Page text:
Springs attorney Tim Bussey was one of a group of attorneys who attended Wilson’s workshop that fall. He hoped to improve his communication skills. He left with a better idea of ​​heroes and villains and how to use those archetypes in the courtroom.

“Villains aren’t always villains,” Bussey said. “Nobody ever sees themselves as a villain. In a courtroom, it is sometimes important to recognize this in a witness. You have to tell the story and make sure the jury understands it. “

“Lessons from the stage”

Deciphering what we really want in life and stepping into that story is at the heart of Wilson’s Lessons From the Stage workshop. He believes that through the power of theater we can empower and motivate ourselves to realize our dreams, be it dreams of another career or of living a different quality in ourselves, such as learning to forgive.

“The question I always ask is what would the piece of your life be like?” Said Wilson. “Here you will create the game of your life. This is your life masterpiece. Your greatest expression of yourself. Everything I teach always comes back to communication. Communication breakthroughs are what I manage. “

Similar to the prisoners, the workshop participants create a 3 to 4 minute scene. The core question of the scene: What do you really want? He helps people find answers through a set of theatrical techniques before asking them to perform for the group.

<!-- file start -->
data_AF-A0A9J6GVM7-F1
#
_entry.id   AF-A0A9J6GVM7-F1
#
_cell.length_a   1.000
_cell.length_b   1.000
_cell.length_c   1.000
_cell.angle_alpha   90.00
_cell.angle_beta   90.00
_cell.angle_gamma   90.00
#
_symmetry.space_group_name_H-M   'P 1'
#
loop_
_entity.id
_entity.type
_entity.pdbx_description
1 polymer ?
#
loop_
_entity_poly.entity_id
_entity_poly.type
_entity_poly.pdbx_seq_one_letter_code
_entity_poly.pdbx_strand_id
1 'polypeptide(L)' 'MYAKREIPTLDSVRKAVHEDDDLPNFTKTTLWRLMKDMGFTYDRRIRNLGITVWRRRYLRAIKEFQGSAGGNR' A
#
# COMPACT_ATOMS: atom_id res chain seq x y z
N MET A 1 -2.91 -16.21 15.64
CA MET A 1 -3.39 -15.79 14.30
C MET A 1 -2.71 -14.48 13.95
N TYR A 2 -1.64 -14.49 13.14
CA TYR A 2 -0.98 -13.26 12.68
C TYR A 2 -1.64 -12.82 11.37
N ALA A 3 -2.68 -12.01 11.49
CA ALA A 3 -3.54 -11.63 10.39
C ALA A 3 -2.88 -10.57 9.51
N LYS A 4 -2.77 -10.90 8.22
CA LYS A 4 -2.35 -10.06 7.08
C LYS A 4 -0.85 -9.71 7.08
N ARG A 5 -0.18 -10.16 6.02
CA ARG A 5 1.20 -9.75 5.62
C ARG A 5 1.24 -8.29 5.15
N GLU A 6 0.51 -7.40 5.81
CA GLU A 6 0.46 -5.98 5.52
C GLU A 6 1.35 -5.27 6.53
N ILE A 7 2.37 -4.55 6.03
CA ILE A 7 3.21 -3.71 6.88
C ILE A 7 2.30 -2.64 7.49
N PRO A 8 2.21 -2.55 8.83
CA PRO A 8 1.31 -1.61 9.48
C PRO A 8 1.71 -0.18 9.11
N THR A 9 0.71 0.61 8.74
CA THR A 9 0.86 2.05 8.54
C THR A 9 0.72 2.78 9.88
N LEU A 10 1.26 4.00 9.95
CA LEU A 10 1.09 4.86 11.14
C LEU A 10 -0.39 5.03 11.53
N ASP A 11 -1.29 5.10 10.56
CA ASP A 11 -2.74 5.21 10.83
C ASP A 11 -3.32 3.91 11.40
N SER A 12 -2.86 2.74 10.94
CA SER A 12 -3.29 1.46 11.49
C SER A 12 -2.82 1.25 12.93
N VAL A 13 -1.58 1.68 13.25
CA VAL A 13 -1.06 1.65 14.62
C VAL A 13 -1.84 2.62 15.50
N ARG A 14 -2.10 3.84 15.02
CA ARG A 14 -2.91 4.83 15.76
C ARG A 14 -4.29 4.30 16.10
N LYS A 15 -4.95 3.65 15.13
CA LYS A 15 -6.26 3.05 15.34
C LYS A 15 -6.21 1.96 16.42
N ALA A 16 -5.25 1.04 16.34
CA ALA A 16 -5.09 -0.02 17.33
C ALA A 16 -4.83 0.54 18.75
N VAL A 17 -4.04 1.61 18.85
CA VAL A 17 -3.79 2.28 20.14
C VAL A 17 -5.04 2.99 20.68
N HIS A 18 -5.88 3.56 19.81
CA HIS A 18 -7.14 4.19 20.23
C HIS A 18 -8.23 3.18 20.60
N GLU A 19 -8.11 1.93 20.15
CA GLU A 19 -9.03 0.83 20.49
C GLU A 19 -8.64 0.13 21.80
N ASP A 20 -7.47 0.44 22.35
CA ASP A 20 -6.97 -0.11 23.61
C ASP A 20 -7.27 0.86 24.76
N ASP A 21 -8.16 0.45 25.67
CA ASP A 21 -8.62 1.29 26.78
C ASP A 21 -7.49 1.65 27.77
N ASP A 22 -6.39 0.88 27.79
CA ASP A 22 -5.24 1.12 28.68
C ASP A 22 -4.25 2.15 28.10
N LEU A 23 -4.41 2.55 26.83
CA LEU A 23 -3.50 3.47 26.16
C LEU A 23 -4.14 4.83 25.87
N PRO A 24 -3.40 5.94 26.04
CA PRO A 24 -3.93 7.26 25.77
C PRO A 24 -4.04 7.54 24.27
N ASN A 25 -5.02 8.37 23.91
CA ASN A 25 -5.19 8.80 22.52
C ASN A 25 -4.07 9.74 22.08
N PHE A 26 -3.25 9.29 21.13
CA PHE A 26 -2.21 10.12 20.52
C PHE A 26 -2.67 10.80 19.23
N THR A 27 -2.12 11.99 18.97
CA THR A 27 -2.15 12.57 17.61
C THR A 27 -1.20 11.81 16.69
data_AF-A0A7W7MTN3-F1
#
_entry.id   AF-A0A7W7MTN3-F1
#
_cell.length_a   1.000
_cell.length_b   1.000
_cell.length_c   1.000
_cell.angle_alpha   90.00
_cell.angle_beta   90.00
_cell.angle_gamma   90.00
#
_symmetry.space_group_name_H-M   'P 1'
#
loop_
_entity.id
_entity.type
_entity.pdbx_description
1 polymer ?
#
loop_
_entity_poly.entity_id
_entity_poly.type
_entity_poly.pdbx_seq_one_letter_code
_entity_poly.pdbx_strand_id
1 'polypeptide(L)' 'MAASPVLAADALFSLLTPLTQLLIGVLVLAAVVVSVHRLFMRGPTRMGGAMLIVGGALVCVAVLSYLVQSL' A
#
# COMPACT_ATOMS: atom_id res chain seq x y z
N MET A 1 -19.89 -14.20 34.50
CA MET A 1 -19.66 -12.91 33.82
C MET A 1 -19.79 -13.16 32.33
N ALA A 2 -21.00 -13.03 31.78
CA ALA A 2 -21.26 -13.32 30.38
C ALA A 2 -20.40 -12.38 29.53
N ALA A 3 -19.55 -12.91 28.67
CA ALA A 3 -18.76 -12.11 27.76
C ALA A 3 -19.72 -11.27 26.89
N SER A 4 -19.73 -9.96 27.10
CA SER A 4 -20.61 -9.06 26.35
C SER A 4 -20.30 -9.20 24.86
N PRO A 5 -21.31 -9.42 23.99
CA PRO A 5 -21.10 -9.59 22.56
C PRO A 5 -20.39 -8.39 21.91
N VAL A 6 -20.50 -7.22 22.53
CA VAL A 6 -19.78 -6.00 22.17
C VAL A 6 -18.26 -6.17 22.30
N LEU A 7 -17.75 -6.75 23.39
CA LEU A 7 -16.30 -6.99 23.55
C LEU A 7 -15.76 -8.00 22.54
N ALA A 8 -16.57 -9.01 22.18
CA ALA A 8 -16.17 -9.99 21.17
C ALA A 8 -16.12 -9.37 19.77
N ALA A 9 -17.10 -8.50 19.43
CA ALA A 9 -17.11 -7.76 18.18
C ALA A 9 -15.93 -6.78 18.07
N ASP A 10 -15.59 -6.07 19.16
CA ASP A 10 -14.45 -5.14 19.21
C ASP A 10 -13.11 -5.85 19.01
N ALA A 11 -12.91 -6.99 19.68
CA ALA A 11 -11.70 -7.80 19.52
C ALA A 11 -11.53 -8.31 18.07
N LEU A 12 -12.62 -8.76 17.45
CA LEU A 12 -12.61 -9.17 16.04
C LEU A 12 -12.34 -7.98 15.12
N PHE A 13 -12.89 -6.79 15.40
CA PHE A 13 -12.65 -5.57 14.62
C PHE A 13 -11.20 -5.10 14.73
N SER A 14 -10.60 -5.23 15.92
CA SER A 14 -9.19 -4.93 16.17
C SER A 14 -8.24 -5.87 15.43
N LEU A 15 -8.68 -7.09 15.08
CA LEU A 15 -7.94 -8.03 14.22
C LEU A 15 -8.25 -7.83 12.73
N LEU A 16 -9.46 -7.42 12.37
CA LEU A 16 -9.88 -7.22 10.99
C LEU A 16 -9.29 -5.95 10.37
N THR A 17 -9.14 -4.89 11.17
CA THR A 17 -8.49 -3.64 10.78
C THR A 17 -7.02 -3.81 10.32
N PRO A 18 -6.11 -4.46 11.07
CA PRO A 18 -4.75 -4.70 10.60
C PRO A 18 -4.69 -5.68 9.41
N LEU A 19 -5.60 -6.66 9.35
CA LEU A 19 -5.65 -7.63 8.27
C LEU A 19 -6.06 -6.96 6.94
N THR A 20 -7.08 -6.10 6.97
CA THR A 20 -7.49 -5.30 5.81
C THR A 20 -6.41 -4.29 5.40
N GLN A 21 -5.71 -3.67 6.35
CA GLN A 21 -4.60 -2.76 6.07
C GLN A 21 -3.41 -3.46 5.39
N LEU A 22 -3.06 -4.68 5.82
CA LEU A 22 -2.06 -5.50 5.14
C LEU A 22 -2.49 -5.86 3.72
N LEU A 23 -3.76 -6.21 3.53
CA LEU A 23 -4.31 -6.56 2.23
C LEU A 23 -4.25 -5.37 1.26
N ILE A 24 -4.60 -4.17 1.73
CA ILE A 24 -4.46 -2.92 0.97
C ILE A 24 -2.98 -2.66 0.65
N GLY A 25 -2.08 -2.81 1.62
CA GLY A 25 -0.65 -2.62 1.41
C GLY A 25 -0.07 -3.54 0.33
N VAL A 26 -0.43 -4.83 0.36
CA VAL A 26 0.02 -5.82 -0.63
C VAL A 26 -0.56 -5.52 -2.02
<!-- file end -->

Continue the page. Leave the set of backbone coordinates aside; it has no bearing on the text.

A few years ago Ross Jacobsen was going through turbulent times, both privately and professionally, and thought that a weekend with a focus on self-development could clear up a lot. What he learned in Wilson’s workshop has stayed with him.

“I looked for control in many areas of my life and tried hard to make things happen,” said Jacobsen, a Springs resident. “What I realized was that I had to let go.”

Wilson asked group members to find a word to use as an intention. Jacobsen landed on “allow,” which became his topic for the weekend and his final monologue.

“For the next few weeks, months, years, I tried to take this into account in the things I was going through,” he said. “It really helped. Just let that happen, don’t try to orchestrate it. Be a participant, but don’t take control of something that is not under your control. “